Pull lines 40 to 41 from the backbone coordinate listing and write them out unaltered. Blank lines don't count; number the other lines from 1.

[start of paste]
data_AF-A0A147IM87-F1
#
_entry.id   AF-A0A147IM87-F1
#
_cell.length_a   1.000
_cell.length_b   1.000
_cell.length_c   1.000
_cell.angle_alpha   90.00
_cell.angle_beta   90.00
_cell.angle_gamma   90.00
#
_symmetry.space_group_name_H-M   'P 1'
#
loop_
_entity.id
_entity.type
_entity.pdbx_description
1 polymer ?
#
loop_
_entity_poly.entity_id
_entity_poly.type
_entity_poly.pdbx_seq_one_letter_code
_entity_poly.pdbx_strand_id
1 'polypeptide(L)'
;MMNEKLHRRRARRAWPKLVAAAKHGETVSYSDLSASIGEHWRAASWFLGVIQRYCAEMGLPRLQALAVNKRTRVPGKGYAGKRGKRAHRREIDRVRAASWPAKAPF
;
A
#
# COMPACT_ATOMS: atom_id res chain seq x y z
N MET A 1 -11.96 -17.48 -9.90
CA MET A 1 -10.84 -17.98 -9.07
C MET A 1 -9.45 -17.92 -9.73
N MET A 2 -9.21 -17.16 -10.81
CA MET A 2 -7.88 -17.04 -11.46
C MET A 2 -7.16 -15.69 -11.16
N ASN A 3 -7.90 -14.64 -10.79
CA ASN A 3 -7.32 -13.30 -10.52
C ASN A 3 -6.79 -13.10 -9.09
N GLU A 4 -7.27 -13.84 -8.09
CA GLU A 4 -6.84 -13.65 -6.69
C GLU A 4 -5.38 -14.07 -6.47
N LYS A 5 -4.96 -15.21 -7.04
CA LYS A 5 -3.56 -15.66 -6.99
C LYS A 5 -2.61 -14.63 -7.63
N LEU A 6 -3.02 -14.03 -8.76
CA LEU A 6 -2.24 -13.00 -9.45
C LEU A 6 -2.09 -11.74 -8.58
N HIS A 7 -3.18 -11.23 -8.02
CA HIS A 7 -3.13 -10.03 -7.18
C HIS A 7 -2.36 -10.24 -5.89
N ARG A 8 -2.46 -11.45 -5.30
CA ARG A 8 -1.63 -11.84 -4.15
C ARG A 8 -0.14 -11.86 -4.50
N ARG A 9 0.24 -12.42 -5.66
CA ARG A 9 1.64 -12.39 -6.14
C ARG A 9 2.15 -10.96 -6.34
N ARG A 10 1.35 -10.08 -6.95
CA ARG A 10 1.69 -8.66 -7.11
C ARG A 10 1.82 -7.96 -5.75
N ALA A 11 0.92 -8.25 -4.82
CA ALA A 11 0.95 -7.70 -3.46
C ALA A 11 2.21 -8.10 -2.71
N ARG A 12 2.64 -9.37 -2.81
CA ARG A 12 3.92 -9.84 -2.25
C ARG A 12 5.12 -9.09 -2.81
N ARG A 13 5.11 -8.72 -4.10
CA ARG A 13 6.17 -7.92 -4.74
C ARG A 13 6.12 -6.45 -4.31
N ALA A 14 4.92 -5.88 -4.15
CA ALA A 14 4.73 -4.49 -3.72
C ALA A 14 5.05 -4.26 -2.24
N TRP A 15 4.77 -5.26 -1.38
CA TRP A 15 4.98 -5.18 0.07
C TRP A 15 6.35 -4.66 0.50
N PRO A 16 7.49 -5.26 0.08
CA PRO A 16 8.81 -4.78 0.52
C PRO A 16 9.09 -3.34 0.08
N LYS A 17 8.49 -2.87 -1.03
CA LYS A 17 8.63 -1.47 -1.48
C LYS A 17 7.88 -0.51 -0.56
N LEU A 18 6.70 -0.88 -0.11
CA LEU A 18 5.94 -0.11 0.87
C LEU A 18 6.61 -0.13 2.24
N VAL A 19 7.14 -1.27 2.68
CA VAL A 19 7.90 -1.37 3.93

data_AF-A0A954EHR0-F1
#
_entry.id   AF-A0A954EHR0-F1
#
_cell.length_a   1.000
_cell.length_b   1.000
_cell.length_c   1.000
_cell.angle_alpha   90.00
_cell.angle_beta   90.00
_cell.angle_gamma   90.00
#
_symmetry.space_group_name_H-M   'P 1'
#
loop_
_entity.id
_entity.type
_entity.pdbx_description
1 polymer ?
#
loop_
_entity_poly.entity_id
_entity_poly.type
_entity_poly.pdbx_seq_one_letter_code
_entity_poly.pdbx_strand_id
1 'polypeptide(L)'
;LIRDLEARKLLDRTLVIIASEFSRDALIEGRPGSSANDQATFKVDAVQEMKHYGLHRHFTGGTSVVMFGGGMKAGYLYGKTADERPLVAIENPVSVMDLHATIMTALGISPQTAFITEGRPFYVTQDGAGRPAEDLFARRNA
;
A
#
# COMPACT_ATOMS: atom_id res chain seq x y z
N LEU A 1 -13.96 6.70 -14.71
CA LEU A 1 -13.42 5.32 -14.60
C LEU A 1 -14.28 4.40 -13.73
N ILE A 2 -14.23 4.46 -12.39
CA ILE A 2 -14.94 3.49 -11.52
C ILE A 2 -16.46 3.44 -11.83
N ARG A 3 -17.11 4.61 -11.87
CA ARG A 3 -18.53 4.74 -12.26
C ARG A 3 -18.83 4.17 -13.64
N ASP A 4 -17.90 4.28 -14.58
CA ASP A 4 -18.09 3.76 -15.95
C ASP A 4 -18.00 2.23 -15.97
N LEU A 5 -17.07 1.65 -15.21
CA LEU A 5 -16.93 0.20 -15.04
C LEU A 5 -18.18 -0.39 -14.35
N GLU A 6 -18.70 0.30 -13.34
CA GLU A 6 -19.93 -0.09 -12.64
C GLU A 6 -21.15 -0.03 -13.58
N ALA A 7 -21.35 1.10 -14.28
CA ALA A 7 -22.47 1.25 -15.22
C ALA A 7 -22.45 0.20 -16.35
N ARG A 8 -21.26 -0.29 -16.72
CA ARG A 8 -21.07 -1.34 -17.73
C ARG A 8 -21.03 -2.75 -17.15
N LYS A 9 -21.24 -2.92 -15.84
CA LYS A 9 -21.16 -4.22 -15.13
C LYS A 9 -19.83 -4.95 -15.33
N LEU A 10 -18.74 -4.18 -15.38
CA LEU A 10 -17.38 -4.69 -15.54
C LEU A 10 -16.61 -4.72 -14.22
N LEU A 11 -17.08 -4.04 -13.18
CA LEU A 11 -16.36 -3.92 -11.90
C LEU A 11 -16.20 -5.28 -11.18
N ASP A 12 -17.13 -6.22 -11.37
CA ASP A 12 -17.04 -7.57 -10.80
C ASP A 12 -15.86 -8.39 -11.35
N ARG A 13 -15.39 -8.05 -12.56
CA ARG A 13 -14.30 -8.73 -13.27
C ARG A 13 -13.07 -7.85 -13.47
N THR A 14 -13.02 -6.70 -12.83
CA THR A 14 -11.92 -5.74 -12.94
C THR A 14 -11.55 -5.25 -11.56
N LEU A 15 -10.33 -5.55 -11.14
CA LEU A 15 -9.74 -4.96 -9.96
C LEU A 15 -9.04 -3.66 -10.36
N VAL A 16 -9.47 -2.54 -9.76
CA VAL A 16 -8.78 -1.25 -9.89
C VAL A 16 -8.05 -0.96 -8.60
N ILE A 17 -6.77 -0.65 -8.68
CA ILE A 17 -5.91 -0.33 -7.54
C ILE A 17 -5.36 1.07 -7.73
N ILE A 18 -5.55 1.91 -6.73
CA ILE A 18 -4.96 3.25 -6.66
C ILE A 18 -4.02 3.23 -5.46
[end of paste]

N GLU A 4 -7.27 -13.84 -8.09
CA GLU A 4 -6.84 -13.65 -6.69